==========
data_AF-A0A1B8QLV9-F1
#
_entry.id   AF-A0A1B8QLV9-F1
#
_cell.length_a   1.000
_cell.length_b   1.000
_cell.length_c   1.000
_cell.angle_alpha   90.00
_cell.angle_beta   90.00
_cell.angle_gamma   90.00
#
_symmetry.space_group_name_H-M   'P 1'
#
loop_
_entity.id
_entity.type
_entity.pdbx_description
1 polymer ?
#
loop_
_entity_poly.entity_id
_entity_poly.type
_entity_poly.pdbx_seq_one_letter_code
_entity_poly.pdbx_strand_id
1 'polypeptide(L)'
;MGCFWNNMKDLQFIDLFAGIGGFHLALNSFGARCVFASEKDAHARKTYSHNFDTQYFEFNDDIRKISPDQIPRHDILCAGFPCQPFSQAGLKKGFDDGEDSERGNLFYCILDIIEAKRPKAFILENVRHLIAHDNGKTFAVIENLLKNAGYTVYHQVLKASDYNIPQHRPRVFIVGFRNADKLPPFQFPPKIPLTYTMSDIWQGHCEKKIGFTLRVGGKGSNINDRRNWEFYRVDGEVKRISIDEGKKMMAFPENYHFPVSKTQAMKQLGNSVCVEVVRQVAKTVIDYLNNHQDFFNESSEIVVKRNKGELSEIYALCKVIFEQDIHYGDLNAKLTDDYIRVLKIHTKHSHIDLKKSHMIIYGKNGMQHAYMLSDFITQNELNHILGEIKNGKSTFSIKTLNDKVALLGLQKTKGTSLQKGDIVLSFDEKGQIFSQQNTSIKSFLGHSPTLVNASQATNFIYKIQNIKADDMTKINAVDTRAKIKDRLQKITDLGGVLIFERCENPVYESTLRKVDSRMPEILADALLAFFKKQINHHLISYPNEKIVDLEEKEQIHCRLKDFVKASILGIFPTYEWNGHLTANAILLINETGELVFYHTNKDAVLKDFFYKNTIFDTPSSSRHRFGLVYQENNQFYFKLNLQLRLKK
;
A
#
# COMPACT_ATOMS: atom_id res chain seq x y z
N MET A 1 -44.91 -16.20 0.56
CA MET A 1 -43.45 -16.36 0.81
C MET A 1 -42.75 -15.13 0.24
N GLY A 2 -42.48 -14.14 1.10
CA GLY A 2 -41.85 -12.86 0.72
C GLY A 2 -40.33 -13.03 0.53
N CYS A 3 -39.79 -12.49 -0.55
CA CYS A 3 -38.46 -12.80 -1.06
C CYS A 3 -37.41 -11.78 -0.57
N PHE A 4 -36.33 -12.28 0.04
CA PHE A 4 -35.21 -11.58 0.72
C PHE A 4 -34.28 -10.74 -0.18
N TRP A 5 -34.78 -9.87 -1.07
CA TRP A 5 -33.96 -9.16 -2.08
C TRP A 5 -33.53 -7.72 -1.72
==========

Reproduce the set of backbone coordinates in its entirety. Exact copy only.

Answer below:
data_AF-A0A1B8QLV9-F1
#
_entry.id   AF-A0A1B8QLV9-F1
#
_cell.length_a   1.000
_cell.length_b   1.000
_cell.length_c   1.000
_cell.angle_alpha   90.00
_cell.angle_beta   90.00
_cell.angle_gamma   90.00
#
_symmetry.space_group_name_H-M   'P 1'
#
loop_
_entity.id
_entity.type
_entity.pdbx_description
1 polymer ?
#
loop_
_entity_poly.entity_id
_entity_poly.type
_entity_poly.pdbx_seq_one_letter_code
_entity_poly.pdbx_strand_id
1 'polypeptide(L)'
;MGCFWNNMKDLQFIDLFAGIGGFHLALNSFGARCVFASEKDAHARKTYSHNFDTQYFEFNDDIRKISPDQIPRHDILCAGFPCQPFSQAGLKKGFDDGEDSERGNLFYCILDIIEAKRPKAFILENVRHLIAHDNGKTFAVIENLLKNAGYTVYHQVLKASDYNIPQHRPRVFIVGFRNADKLPPFQFPPKIPLTYTMSDIWQGHCEKKIGFTLRVGGKGSNINDRRNWEFYRVDGEVKRISIDEGKKMMAFPENYHFPVSKTQAMKQLGNSVCVEVVRQVAKTVIDYLNNHQDFFNESSEIVVKRNKGELSEIYALCKVIFEQDIHYGDLNAKLTDDYIRVLKIHTKHSHIDLKKSHMIIYGKNGMQHAYMLSDFITQNELNHILGEIKNGKSTFSIKTLNDKVALLGLQKTKGTSLQKGDIVLSFDEKGQIFSQQNTSIKSFLGHSPTLVNASQATNFIYKIQNIKADDMTKINAVDTRAKIKDRLQKITDLGGVLIFERCENPVYESTLRKVDSRMPEILADALLAFFKKQINHHLISYPNEKIVDLEEKEQIHCRLKDFVKASILGIFPTYEWNGHLTANAILLINETGELVFYHTNKDAVLKDFFYKNTIFDTPSSSRHRFGLVYQENNQFYFKLNLQLRLKK
;
A
#
# COMPACT_ATOMS: atom_id res chain seq x y z
N MET A 1 -44.91 -16.20 0.56
CA MET A 1 -43.45 -16.36 0.81
C MET A 1 -42.75 -15.13 0.24
N GLY A 2 -42.48 -14.14 1.10
CA GLY A 2 -41.85 -12.86 0.72
C GLY A 2 -40.33 -13.03 0.53
N CYS A 3 -39.79 -12.49 -0.55
CA CYS A 3 -38.46 -12.80 -1.06
C CYS A 3 -37.41 -11.78 -0.57
N PHE A 4 -36.33 -12.28 0.04
CA PHE A 4 -35.21 -11.58 0.72
C PHE A 4 -34.28 -10.74 -0.18
N TRP A 5 -34.78 -9.87 -1.07
CA TRP A 5 -33.96 -9.16 -2.08
C TRP A 5 -33.53 -7.72 -1.72